A rights group established by Saudi journalist Jamal Khashoggi months before his controversial killing in 2018, has now been opened in the United States.
Khashoggi, a critic of Saudi Crown Prince Mohammed bin Salman, was murdered at the Saudi consulate in Istanbul on October 2, 2018. His body was reportedly dismembered and removed from the building and his remains have not been found.
The Democracy for the Arab World Now (DAWN) was launched on Tuesday in a virtual event in Washington, DC, just ahead of the second anniversary of Khashoggi’s death.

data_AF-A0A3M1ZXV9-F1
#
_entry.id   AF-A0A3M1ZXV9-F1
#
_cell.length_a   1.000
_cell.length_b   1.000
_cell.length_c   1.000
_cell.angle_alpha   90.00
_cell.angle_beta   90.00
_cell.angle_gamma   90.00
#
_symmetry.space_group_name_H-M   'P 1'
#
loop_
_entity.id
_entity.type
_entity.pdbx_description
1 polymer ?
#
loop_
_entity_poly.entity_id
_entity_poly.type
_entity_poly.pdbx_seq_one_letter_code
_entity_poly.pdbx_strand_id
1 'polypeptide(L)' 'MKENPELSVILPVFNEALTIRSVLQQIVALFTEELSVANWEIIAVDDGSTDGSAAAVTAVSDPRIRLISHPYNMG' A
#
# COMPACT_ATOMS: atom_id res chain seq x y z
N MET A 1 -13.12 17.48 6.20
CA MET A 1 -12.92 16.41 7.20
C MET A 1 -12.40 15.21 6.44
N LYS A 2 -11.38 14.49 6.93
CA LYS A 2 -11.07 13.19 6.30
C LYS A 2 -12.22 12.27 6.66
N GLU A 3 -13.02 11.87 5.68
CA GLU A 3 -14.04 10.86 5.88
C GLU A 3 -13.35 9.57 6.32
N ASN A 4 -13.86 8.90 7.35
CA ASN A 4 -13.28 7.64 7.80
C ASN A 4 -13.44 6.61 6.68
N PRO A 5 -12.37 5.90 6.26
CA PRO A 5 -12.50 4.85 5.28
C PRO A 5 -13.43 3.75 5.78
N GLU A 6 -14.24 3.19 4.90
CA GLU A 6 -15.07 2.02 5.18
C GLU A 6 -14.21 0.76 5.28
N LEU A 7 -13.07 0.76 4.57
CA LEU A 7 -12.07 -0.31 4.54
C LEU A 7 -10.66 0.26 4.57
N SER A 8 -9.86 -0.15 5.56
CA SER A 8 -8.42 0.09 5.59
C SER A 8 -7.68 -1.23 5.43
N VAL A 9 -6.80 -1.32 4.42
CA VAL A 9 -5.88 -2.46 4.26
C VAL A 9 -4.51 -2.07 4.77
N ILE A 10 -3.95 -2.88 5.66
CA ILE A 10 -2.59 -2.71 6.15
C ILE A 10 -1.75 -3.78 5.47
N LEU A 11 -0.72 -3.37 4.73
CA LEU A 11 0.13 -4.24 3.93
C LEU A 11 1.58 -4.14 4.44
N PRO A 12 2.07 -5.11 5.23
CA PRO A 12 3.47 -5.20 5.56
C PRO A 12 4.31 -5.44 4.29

“In the summer of 2018, Jamal founded DAWN along with some of his friends, based on his belief that only democracy and freedom will bring lasting peace and security to the Middle East and North Africa. We are going to uphold Jamal’s legacy”, Sarah Leah Whitson, DAWN CEO, said at the event.
A Saudi Arabian court this month jailed eight people for Khashoggi’s murder. The trial was criticised by rights activists who said the masterminds of the murder remained free.
In July, an Istanbul court began to try in absentia 20 other Saudis over the murder, including two former aides to Mohammed bin Salman. On Monday, Turkish prosecutors indicted six new Saudis suspected of involvement in the murder.